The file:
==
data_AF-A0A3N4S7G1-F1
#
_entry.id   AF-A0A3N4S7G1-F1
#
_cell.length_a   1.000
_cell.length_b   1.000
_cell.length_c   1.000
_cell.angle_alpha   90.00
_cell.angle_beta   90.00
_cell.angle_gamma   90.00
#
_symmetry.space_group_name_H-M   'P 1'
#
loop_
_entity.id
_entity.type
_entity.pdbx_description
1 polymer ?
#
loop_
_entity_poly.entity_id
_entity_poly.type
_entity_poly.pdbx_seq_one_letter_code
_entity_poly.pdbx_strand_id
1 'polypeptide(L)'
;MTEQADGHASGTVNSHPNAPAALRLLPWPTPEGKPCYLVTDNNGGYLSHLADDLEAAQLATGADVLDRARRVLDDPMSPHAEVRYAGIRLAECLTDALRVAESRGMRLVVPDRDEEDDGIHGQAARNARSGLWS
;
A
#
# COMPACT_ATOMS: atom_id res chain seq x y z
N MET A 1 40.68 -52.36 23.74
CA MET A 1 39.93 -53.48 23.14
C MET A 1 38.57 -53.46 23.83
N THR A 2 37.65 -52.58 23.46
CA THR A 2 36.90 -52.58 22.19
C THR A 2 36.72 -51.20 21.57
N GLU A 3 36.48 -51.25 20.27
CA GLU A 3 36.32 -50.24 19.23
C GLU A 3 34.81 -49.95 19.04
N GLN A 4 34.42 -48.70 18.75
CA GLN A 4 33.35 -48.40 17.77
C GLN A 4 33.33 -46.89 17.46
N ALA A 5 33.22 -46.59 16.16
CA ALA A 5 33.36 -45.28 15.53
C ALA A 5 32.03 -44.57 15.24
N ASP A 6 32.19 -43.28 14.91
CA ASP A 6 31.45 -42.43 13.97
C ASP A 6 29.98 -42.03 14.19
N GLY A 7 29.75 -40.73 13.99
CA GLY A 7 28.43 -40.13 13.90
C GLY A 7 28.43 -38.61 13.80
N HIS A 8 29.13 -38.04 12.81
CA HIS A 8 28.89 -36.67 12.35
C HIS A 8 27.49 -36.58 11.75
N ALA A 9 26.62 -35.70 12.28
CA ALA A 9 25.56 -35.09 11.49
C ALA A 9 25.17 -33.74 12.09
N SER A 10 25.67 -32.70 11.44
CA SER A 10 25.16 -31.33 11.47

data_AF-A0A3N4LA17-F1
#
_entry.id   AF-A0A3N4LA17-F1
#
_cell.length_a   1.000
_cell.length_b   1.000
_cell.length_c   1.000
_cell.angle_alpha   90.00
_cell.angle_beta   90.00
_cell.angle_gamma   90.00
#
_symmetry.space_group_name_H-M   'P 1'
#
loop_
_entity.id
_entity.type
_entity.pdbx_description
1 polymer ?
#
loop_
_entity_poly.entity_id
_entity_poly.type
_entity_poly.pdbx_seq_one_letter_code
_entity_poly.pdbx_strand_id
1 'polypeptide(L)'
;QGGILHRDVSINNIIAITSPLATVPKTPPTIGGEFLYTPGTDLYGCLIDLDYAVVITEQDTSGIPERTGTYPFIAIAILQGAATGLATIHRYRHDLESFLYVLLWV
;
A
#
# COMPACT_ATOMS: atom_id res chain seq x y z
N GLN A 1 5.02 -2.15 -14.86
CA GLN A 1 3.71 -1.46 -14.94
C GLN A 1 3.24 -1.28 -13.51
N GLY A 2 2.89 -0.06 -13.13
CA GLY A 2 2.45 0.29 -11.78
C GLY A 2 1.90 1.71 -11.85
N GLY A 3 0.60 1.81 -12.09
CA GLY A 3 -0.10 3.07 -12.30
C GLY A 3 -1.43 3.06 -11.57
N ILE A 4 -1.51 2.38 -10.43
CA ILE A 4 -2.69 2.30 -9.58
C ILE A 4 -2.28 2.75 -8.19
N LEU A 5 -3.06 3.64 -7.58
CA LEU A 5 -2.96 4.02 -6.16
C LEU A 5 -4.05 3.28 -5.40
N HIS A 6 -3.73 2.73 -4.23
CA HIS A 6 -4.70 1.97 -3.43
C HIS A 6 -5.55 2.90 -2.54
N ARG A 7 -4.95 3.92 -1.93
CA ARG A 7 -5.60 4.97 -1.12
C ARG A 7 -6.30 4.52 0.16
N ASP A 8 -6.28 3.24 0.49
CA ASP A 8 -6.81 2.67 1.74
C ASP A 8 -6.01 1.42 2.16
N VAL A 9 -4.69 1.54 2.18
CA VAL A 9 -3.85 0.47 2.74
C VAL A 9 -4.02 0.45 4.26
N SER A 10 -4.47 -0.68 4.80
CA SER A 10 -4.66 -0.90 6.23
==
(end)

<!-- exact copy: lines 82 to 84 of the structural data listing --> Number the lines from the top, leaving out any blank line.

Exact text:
_entity_poly.pdbx_seq_one_letter_code
_entity_poly.pdbx_strand_id
1 'polypeptide(L)'